up the river with shad spawn and make it a
state's prison crime for any feller to contami
nate the Hudson with them devils of carp."
The camps of the fishermen, consisting of
rough shanties and drying yards for nets, are on
the Jersey beach, north and south of the Fort Lee
ferry. The proprietor, who hires from two to a
dozen hands, may be a hotelkeeper in the non
fishing season, or a .small independent fisherman,
hailing from a coast resort. The red and yellow
shanties are Just about large enough for all
hands to eat in. while the small amount of sleep
indulged in by the workers obviates the need of
much bunk space. Unmarketable varieties of
fish, dressed by the boss and cooked by his wife,
constitute the principal item in the fare fur
nished to the m<-n. along with wages <>f $30 t.j
$45 a month. These wages attract skilled fisher
men who have cast th ir nets in all the waters be
tween the Caribbean Sea and the North S« a, hip
booted, hairy armed mon. who ply the net n<^dl«
and mend rents with the skill of a houswifa
darning stockings. Rome of them have come to
New York from the Florida fishing season too
late to srtj out with the deep water fleets, and at
the close of the shad catching they will seek
jobs aboard mackerel or bluefish smacks.
A period of preparation comes before the open
ing of the shad season, in the first week of April.
Nets and boats must be in order and the line of
posts plnnted across the river. The posts or
stakes, thirty-five to sixty feet in length, are
thrust into the mud of the river bottom at inter
vals of thirty feet. A circular clamp at the up
per end of the stake makes a platform on which
two men, supported by comrades in boats, danes
energetically until their weight ha 3 driven the
pole far enough down. The stakes extend 750
feet in the centre of the river, leaving a 2,000
foot channel on the New York side and half as
much on the Jersey side. The nets are made of
the best linen thread, with a 5Vi-inch mesh,
which is just right to catch the shad by the gills.
There are iron rings to weigh down the lower
ends and cork floats at the top. At least $50©
must be invested in nets, because they test only
about a season and a half, and any time a tug
is likely to come along and carry away a long
stretch of net, with all the fish In it.
The shad, which travel upstream at flood tide
with the notion of depositing their eggs in some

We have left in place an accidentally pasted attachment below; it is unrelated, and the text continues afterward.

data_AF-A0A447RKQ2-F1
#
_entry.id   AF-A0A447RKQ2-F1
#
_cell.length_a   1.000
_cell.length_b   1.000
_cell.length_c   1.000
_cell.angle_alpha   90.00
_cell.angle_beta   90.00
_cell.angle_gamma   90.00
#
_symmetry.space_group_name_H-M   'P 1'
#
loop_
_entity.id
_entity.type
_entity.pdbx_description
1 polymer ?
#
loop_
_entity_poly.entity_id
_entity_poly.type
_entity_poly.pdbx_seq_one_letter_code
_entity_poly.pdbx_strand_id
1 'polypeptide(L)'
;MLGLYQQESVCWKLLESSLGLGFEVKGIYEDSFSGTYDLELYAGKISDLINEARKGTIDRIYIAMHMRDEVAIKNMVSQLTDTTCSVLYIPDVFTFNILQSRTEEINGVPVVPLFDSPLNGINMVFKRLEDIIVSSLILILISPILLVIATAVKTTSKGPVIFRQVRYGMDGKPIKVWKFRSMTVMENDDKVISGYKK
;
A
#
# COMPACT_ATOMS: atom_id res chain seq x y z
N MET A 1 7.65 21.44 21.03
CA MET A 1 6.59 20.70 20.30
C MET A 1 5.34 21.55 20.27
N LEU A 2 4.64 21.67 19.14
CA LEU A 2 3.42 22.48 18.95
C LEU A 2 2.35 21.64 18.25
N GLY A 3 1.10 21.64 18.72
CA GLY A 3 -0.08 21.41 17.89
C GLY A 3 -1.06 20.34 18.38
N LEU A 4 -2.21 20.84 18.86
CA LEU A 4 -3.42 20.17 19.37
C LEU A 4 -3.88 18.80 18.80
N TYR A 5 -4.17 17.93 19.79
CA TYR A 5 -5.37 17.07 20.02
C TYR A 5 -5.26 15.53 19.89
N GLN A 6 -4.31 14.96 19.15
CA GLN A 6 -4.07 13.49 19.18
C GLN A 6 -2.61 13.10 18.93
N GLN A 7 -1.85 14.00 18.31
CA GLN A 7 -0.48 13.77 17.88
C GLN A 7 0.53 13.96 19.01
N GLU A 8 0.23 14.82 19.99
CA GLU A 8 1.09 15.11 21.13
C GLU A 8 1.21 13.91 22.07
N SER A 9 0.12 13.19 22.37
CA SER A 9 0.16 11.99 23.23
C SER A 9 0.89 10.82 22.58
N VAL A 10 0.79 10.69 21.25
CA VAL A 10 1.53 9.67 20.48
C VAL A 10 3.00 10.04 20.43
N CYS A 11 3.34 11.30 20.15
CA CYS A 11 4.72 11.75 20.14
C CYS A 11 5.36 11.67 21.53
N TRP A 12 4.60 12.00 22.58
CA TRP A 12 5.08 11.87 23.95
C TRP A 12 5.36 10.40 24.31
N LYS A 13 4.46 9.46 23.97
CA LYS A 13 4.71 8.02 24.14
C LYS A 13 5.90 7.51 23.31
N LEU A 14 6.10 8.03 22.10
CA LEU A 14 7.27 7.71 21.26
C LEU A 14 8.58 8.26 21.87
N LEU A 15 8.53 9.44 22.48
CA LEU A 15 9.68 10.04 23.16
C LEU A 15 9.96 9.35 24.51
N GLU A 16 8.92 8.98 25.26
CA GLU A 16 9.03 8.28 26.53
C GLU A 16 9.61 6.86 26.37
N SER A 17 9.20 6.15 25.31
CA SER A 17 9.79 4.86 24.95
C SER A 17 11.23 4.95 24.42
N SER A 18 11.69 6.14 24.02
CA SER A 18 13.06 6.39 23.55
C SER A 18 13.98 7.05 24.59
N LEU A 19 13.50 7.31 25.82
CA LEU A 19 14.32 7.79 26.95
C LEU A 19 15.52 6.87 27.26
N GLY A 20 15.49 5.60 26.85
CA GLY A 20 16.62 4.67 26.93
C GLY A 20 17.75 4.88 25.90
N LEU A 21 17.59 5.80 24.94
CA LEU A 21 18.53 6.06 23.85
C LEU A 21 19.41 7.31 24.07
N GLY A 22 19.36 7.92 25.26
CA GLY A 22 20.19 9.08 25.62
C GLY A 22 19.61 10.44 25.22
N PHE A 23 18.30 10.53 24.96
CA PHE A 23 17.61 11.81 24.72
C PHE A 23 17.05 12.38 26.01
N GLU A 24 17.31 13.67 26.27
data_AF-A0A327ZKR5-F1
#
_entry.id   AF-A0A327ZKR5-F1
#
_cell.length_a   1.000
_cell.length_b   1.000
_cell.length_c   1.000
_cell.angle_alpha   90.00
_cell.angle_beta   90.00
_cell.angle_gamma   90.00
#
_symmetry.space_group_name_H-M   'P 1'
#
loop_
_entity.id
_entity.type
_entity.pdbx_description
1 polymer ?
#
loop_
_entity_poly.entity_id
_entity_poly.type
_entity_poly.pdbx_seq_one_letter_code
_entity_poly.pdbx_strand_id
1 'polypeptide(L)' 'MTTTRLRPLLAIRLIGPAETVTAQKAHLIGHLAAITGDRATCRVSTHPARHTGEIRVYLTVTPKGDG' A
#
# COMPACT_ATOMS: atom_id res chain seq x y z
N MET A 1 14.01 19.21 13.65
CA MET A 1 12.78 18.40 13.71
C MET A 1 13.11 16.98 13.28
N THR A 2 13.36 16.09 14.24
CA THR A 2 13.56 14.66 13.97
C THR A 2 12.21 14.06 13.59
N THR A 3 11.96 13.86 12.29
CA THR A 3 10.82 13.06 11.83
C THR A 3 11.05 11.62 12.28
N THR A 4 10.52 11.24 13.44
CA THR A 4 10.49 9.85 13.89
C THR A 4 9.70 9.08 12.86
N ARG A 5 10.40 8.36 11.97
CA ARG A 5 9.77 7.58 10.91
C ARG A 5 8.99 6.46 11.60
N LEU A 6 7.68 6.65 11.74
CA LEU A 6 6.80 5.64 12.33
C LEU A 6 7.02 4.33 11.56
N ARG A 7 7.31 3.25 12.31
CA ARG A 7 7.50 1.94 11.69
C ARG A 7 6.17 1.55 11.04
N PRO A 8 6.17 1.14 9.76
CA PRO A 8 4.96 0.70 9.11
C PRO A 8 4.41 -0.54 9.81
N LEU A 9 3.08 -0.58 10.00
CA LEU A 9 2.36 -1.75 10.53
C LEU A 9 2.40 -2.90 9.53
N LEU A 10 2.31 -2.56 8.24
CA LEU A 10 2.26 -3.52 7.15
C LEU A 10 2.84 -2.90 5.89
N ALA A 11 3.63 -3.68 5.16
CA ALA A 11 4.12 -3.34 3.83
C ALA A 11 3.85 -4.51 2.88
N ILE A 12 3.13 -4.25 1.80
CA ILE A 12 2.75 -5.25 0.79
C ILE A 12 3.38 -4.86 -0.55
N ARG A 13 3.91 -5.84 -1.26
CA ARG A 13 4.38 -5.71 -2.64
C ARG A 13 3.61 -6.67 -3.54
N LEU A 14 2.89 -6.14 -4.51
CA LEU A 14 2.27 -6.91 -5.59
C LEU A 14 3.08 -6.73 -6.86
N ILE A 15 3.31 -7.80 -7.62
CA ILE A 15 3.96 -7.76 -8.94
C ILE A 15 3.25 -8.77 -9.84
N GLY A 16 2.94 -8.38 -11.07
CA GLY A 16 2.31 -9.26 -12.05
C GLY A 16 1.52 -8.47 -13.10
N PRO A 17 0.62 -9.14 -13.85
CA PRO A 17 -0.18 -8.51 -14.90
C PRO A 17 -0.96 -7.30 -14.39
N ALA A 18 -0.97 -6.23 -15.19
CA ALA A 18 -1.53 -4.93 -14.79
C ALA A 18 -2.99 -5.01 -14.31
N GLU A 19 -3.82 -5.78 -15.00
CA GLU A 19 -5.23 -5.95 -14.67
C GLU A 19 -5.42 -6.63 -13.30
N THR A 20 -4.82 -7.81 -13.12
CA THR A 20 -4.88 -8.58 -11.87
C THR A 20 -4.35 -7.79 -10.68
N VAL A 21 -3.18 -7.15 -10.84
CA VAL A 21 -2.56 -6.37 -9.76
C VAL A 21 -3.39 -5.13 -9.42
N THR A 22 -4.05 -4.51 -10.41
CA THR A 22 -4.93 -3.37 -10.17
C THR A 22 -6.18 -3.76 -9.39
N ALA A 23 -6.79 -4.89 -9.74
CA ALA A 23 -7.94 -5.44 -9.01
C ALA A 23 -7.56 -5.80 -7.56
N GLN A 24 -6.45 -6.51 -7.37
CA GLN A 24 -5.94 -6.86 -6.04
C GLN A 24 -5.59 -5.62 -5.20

Adirondack creek, do not get any further if they
meet the net, while an occasional big .sturgeon
ploughs through like a rhinoceros negotiating a
suburban villa fence. Small sturgeons of five or
six pounds are captured, and sometimes a forty
pound striped bass gets tangled up. Talking
about sturgeon, the man from Albany tells how
they are caught up there the size of horses:
"Yes, sir; eight feet long and weighing six hun
dred pounds and $125 worth of caviar inside."
The total catch of shad in the North River
amounts to 100,000 in good years, and one outfit
may catch as many as a thousand in a day, but
the output this season has been cut down to one
tenth, probably on account of the unspeakablo
carp. There Is no "cuss" word bad enough for
the carp. Roe shad are selling now around SO
cents and average four or five pounds in weight
while the bucks weigh less and sell for half as
much. The season will end on May 20, when
the stakes will be pulled up and the nets dried
and folded away for next year. In the summer
time you may see some tent camps along the
beach and fellows in boats pretending to angle
the river for weakfish and bass and eels and
crabs, 'but these are not fishermen at ail and it's
mighty little they ever catch. They're amateur
city fellows out for a little amusement and exer
cise. Don't mistake them for fishermen," says
"I.ill" Thompson, from Bamegat.
.Mile. Genee, whose dancing has pleased New
York, was praising American railways. "How
splendid, how fast, your railways are," she said.
"You have no slow trains, have you? Ah, with
us it is different, once, in the spring, on one
of our London suburban lines, a train stopped
■and a passenger leaped out and entered a field
gayly. 'What are you going to do?' shouted the
guard. 'I am going to gather a nosegay.' said
the passenger. 'Km.' said the guard, there are
no Bowers thereabouts.' 'I know," said the pas
senger, taking a packet from his coat, 'but I
have a packet of seeds lure.' "
■^L. Washed, Cleaned, Repaired and Stored.
C Tel. 5447—33. 421 1 11111 AVli.